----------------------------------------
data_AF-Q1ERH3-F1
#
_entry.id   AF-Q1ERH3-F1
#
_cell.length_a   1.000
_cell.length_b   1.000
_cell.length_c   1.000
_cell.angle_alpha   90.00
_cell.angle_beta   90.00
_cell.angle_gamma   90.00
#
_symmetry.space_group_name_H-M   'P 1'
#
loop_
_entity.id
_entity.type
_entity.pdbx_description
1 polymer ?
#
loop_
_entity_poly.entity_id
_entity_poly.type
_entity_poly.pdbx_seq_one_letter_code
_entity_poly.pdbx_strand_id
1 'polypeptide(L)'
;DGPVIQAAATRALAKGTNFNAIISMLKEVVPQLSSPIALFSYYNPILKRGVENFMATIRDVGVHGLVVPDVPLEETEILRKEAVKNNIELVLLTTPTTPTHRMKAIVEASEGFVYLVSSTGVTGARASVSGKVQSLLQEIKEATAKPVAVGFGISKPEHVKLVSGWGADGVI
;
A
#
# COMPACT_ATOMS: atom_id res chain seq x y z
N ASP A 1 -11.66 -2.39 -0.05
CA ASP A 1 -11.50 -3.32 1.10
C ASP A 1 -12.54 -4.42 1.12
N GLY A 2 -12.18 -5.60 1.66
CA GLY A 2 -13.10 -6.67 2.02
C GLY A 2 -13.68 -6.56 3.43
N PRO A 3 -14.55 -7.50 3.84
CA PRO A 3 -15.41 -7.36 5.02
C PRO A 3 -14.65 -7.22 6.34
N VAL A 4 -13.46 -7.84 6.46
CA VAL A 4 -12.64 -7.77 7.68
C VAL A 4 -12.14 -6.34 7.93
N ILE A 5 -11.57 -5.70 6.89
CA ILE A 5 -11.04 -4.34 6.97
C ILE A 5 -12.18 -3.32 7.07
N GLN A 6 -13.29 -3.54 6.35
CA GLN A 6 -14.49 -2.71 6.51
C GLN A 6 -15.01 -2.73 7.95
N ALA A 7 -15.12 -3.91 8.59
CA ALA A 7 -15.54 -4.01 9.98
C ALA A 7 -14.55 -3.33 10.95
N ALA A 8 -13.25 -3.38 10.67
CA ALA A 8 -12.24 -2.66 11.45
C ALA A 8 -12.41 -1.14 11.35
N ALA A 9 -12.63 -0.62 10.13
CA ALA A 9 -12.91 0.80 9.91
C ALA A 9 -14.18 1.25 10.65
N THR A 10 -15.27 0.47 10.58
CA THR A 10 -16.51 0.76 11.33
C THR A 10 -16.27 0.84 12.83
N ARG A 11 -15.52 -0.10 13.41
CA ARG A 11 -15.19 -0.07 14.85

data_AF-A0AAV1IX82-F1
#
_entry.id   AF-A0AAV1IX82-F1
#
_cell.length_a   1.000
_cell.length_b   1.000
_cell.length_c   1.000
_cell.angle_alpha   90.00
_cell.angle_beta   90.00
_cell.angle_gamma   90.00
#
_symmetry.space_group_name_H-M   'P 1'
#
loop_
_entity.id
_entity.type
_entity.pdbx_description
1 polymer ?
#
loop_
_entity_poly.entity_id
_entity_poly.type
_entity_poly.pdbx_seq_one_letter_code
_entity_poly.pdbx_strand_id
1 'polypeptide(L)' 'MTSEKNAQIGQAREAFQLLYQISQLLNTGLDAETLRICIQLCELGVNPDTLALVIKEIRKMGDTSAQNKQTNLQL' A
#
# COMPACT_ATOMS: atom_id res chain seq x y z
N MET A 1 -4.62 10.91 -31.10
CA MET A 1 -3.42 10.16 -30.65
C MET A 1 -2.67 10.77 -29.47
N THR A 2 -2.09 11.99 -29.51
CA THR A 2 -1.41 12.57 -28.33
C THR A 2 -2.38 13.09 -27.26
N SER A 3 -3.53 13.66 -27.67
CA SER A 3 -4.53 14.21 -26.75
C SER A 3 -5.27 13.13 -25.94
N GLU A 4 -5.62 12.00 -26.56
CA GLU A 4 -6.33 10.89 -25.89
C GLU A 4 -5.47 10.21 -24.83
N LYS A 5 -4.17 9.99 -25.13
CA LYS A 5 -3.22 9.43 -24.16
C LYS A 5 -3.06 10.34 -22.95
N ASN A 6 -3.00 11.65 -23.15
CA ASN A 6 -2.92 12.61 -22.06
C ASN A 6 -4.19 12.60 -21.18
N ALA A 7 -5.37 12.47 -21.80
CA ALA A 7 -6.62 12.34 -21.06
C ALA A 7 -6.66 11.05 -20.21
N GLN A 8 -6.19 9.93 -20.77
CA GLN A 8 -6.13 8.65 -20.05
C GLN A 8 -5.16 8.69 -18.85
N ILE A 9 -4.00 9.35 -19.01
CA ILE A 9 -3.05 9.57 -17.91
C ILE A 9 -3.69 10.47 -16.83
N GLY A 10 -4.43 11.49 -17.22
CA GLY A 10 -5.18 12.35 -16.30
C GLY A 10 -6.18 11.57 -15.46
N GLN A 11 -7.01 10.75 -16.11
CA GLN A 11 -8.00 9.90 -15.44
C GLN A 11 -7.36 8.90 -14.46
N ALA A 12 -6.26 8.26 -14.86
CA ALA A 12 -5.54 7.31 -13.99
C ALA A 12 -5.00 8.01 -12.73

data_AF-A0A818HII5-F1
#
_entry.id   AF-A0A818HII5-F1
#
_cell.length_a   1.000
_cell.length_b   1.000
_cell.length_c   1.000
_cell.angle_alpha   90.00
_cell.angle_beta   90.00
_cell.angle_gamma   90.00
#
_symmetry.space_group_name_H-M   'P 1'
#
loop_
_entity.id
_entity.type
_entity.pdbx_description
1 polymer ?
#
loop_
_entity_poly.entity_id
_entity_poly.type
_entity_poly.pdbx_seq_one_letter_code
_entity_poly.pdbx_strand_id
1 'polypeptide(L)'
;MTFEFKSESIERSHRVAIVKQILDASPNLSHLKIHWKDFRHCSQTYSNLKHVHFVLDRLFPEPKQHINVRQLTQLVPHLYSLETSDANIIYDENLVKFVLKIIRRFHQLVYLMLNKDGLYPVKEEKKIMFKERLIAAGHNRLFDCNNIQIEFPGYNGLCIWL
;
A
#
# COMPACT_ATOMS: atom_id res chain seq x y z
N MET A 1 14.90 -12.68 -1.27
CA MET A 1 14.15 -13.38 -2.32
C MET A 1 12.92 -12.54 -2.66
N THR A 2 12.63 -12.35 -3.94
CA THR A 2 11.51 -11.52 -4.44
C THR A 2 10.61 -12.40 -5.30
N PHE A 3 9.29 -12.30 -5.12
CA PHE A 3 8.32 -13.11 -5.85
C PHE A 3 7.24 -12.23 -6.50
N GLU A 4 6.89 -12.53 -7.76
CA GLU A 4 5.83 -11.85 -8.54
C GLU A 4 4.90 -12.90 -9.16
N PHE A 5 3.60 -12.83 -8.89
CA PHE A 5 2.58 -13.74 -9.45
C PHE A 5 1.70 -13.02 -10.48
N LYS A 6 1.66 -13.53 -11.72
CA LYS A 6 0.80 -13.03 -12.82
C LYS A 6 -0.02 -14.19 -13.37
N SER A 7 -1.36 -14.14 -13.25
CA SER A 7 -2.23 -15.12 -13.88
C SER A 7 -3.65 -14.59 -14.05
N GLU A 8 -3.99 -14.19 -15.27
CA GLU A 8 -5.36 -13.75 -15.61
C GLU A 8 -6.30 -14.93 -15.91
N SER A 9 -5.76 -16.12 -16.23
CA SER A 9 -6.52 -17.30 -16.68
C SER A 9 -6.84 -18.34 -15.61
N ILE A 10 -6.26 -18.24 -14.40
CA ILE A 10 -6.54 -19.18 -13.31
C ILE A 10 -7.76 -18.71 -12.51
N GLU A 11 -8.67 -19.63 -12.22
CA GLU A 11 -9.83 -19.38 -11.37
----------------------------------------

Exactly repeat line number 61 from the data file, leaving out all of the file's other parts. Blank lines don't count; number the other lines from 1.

N ARG A 11 -15.52 -0.10 13.41